Random Thoughts

I scan the sky and wonder if

The stories can be true,

That aliens are coming here,

Encountered by a few.


My mind begins to ponder stuff,

Like vampires, ghouls and ghosts;

Do people really see those things,

Or are they idle boasts?


I think about the kiss we shared;

The way she held my hand.

I’m scared of getting hurt again,

But will she understand?


© Jack Horne, Plymouth - United Kingdom



Jack Horne is my dear friend and part of the editorial team of Whispers as the Activity Features editor, together with Karen O'Leary and me.  He enjoys reading and writing poetry. 




The angel of death

patiently awaits

for my last breath

patiently awaits

on his pale horse

to drag me down

into the mystery

of darkness

into the unseen world

of hellfire

whose fuel is 


the mouth of Satan

I fall into

jinn and firebirds and scythe

and the inhabitants of fire

attack my God-fearing soul

attack the prayers behind my eyes

attack the scriptures in my heart

behind this curtain of fire

my day of doom

a sign to the infidel

a sign to the hypocrite

oblivion cometh

in a blink of the eye

we are dust and bones

in this place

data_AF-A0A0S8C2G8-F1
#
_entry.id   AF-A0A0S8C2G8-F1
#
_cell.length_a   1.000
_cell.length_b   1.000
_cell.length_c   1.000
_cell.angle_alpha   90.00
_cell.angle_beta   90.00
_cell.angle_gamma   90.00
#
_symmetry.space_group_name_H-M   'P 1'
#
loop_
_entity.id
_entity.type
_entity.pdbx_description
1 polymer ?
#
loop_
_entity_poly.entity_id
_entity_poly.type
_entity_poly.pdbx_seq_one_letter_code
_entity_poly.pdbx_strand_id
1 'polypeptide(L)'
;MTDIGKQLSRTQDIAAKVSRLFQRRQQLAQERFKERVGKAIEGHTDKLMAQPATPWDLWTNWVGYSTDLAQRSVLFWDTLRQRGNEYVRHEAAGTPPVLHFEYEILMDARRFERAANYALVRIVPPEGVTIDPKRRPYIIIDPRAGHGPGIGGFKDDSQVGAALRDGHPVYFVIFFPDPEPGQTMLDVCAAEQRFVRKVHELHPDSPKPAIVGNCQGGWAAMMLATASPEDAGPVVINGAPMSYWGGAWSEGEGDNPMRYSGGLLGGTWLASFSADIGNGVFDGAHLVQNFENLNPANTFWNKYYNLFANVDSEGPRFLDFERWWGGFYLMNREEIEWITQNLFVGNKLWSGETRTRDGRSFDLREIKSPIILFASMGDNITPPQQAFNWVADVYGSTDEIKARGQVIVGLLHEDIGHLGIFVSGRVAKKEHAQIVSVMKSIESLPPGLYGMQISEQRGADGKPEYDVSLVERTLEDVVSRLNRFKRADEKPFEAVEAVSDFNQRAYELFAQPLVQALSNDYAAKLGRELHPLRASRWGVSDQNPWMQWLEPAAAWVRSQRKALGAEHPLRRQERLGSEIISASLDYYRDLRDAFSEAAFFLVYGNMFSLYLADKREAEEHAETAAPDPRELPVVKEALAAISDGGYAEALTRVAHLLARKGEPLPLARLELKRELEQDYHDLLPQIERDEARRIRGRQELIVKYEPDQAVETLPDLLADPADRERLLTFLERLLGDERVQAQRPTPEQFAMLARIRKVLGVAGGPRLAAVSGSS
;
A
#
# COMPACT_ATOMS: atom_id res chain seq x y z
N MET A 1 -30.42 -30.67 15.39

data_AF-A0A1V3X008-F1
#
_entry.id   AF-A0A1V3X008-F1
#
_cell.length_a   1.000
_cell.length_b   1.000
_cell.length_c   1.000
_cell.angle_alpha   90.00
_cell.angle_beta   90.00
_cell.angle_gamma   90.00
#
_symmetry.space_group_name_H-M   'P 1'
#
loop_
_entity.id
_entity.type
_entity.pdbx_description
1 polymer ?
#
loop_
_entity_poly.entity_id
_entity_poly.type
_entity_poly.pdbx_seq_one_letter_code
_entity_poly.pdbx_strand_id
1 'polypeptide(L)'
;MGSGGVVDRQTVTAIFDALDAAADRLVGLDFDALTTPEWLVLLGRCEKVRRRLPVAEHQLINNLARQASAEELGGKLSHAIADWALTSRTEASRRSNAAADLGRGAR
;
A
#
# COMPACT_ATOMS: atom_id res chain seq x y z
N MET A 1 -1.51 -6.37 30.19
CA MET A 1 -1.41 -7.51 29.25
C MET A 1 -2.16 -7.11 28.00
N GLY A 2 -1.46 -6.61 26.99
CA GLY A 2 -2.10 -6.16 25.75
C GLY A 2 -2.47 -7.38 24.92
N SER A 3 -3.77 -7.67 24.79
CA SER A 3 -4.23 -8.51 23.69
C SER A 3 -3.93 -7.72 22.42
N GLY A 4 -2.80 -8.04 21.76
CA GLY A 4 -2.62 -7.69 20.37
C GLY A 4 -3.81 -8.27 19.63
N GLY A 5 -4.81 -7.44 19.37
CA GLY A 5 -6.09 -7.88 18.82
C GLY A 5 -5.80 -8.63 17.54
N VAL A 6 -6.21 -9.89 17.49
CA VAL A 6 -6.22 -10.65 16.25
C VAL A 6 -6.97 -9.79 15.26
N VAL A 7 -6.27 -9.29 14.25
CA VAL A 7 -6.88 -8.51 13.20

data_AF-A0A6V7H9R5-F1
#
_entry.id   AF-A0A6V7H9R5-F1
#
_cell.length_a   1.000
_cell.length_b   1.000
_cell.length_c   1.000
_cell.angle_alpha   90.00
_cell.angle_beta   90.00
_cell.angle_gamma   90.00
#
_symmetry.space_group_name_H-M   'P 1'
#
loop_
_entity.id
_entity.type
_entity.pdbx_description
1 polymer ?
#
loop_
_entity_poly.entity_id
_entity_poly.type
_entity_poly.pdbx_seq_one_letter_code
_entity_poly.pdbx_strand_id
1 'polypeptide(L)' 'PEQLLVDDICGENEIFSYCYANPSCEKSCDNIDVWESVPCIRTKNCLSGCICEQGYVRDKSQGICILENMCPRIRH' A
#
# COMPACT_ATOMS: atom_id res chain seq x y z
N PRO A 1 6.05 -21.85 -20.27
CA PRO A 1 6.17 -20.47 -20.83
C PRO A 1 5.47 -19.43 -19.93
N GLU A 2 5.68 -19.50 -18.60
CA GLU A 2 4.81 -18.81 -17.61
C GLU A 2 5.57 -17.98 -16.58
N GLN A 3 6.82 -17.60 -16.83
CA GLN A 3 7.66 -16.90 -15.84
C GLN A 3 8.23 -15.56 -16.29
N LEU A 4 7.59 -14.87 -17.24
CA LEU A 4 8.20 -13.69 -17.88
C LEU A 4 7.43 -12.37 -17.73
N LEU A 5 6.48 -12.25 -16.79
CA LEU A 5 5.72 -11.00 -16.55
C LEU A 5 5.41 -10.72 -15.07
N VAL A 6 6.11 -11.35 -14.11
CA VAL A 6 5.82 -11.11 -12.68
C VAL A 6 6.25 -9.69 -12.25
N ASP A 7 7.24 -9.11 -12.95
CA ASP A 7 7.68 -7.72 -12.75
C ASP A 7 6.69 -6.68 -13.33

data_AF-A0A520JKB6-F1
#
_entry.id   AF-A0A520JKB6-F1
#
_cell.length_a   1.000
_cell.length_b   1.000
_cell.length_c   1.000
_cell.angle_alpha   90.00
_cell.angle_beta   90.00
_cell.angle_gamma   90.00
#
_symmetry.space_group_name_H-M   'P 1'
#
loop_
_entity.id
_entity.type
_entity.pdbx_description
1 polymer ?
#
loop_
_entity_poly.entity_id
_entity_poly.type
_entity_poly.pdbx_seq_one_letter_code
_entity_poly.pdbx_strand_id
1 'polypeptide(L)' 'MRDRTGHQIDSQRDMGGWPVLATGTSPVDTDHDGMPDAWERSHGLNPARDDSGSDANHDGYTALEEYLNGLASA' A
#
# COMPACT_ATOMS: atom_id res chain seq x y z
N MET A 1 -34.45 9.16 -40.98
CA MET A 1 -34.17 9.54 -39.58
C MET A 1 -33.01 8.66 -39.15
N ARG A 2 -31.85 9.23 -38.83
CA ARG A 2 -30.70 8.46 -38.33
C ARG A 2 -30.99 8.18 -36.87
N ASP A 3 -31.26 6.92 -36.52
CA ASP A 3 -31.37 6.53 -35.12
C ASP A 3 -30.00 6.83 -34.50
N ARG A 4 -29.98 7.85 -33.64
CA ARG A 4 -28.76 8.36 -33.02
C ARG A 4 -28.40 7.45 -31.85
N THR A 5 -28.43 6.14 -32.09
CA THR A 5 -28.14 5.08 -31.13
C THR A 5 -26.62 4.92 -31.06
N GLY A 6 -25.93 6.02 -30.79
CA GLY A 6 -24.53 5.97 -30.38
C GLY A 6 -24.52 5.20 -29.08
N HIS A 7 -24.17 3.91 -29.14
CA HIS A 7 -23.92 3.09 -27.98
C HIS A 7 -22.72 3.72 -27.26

remote of God

I pray

my soul light will divide 

me from the sea of darkness

in this place

remote of God

I pray

the fire shall not touch me

and I will take the form of


O Merciful One

defend me 

on my last day

the angel of death

patiently awaits

for my last breath


© Stefan Bohdan, Orlando - United States



Stefan Bohdan lives in Orlando, Florida with his wife Margaret. He is retired from the 
architectural/engineering/construction world. He now spends his time writing poems 
and novels. His poems have been published in multiple books, anthologies, journals, 
Ezines and translated into Persian, Arabic, Urdu, Nepali, Estonian and old Japanese.







Death by Poetry

I write my poems with a special blue ringed octopus ink.
With a puffer fish tetrodotoxin poison for good measure mixed in.
These words of mine may leave you breathless feeling numb.
The shock to your immune system sadly has already begun.

That's why my poems can be so deceptively deadly.
You don't even realise what kind danger you are in.
Stop reading this poem, Now !
Before a lethal dose of my poetry gets under your skin.

As my poem gently snakes down this page.
It is just like a serpent hiding in plain sight